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VirtualBox DDX Released As xf86-video-vboxvideo 1.0

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  • VirtualBox DDX Released As xf86-video-vboxvideo 1.0

    Phoronix: VirtualBox DDX Released As xf86-video-vboxvideo 1.0

    As part of the push for upstreaming VirtualBox guest driver support in Linux, not only are kernel drivers being upstreamed driver-by-driver, but their DDX driver has now done its official X.Org christening...

    http://www.phoronix.com/scan.php?pag...-vboxvideo-1.0

  • #2
    Isn't it quite late? Wayland is on a rise, and X.Org slowly dying,...

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    • #3
      Originally posted by debianxfce View Post

      There is only a few wayland desktops and applications. It is wayland that will die. The Nvdia driver does not even support wayland.
      just lol

      Comment


      • #4
        Originally posted by debianxfce View Post

        There is only a few wayland desktops and applications. It is wayland that will die. The Nvdia driver does not even support wayland.
        Wayland is the future. Xorg is big bulky code base that was designed decades ago. It's hacked so bad I can't believe it gets as good of performance as it does. Most all the large distros have expressed some form of interest in Wayland.

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        • #5
          Originally posted by debianxfce View Post
          There is only a few wayland desktops and applications. It is wayland that will die. The Nvdia driver does not even support wayland.
          just lol

          Comment


          • #6
            Originally posted by debianxfce View Post
            A really scientific response you have. You have not noted in 4 years that in Linux world applications comes first then programming interfaces.
            the quality of the answer mirros the quality of the statement.

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            • #7
              Originally posted by kravemir View Post
              Isn't it quite late? Wayland is on a rise, and X.Org slowly dying,...
              We are still years from Wayland becoming mainstream, and even when that happens the LTS distros will still keep using Xorg for 5 years more or so.

              Also this is a guest driver. Virtualization is used to run older Linux distros too, and they won't see Wayland there.

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              • #8
                Originally posted by starshipeleven View Post
                We are still years from Wayland becoming mainstream, and even when that happens the LTS distros will still keep using Xorg for 5 years more or so.

                Also this is a guest driver. Virtualization is used to run older Linux distros too, and they won't see Wayland there.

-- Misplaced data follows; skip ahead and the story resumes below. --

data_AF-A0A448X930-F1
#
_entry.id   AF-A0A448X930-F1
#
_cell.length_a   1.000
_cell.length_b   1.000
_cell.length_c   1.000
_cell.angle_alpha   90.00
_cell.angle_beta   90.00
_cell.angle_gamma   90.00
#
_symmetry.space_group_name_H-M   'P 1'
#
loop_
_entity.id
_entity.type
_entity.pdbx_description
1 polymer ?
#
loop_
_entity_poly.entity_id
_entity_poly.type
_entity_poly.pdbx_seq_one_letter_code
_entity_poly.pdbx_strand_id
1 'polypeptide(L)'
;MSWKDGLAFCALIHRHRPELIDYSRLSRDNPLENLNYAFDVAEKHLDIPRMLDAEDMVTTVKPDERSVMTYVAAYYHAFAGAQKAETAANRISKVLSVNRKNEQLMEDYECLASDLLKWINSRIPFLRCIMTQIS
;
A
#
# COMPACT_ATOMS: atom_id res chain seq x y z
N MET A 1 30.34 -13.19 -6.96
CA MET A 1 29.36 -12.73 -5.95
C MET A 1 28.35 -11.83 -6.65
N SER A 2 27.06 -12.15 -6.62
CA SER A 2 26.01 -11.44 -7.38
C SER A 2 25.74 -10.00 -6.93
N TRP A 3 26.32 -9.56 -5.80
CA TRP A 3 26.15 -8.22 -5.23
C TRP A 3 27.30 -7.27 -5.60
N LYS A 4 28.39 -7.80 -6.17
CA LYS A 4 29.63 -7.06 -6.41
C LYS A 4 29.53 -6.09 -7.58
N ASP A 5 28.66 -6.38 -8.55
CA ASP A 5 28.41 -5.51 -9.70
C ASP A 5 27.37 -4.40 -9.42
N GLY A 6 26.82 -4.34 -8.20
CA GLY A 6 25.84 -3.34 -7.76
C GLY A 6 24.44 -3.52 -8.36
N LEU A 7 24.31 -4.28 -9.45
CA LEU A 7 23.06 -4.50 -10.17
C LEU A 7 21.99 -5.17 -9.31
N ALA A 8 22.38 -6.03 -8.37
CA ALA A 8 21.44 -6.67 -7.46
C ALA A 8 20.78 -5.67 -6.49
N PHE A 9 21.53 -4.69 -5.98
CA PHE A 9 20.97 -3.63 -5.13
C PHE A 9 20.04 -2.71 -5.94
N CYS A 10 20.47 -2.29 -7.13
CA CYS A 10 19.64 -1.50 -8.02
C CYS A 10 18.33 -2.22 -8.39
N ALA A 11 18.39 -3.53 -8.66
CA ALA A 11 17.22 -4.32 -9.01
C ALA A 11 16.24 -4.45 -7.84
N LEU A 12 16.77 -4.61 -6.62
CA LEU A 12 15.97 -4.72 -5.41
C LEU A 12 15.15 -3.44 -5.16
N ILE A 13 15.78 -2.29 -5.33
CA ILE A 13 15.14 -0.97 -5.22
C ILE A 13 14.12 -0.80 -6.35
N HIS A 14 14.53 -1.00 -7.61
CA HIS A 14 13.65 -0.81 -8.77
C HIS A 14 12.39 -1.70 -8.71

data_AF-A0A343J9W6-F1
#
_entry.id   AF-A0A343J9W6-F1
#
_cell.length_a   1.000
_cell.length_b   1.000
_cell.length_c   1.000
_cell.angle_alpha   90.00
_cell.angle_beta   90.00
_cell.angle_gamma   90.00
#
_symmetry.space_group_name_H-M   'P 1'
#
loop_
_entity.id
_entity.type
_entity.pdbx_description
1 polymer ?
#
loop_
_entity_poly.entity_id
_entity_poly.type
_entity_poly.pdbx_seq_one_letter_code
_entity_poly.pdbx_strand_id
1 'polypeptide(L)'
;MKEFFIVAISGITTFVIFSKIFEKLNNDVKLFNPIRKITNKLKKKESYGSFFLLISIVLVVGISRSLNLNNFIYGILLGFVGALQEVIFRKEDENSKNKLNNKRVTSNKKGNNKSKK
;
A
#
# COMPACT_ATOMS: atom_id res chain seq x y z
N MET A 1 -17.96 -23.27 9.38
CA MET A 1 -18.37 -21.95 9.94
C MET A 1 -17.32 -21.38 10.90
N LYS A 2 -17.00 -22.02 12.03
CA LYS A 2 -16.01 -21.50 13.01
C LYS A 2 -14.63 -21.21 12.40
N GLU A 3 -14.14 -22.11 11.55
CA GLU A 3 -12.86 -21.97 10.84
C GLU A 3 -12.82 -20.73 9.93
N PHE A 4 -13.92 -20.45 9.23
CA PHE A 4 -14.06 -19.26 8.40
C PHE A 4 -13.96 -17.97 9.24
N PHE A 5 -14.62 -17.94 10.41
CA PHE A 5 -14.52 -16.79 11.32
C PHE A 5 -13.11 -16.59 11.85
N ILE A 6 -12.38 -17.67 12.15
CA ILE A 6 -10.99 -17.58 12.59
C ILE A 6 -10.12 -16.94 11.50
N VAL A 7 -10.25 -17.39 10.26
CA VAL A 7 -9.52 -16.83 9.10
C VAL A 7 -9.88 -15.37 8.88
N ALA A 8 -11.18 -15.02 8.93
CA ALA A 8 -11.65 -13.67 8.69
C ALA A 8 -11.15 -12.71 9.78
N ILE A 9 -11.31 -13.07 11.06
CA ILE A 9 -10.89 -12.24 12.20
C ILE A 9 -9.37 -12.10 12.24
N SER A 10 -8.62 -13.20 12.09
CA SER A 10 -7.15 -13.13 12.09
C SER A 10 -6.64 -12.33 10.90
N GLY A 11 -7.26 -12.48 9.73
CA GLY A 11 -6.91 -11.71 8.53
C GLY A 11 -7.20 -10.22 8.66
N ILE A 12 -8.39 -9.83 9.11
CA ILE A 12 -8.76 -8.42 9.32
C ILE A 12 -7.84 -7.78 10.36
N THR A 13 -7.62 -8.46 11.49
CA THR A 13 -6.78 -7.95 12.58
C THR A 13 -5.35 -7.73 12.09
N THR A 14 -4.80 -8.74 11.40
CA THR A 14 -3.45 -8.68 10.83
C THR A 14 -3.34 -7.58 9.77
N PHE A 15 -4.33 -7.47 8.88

Funny, because Fedora and Ubuntu (just two minor linux distros) just started activating Wayland as default for anything that supports it. Also, my VMware guest supports Wayland without problems. I've been using Wayland on Intel and AMD graphics and it just works. Xorg may not be going away any time soon, but I think Wayland will become mainstream sooner than you think.

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                • #9
                  Originally posted by SWY1985 View Post
                  Funny, because Fedora and Ubuntu (just two minor linux distros) just started activating Wayland as default for anything that supports it.
                  *only on GNOME.

                  That is why I'm saying we are years from Wayland becoming mainstream.

                  Comment


                  • #10
                    Originally posted by kravemir View Post
                    Isn't it quite late? Wayland is on a rise, and X.Org slowly dying,...
                    The long term plan for X is that X will use the very same GBM/EGL/OpenGL drivers that Wayland does. This is being done through the Glamor project, which is a X11 EXA driver which is a thin layer between X's EXA and GBM/EGL/OpenGL (the same driver API used by Wayland).

                    As for Wayland, I never really saw the point in it. It is true, X needs a new extension for interapplication security that would restrict apps to their own Window, but some apps like screensavers and screengrabbers can be given special permissions, but otherwise the X System is fine. There are X facilities for Double Buffering and Vertical Syncronization which can be used to avoid visual artifacts. Its best to build on the foundation we already have.

                    With X, network transparency is naturally there. Despite what some people say, X is still fine for network transparency and modern apps can still use it. Apps should be written so that if DRI and shared memory is not available, they fall back to using GLX and sending pixmaps over X protocol. XRender can be made to work with Network Transparency as well, in fact it benefits network transparency since you should be able to load some pixmaps into the server and recomposite them as needed for redrawing. I also think the X Server should include PNG/GIF/JPG image support and h265 and AVC video streams to make network transparency work better.

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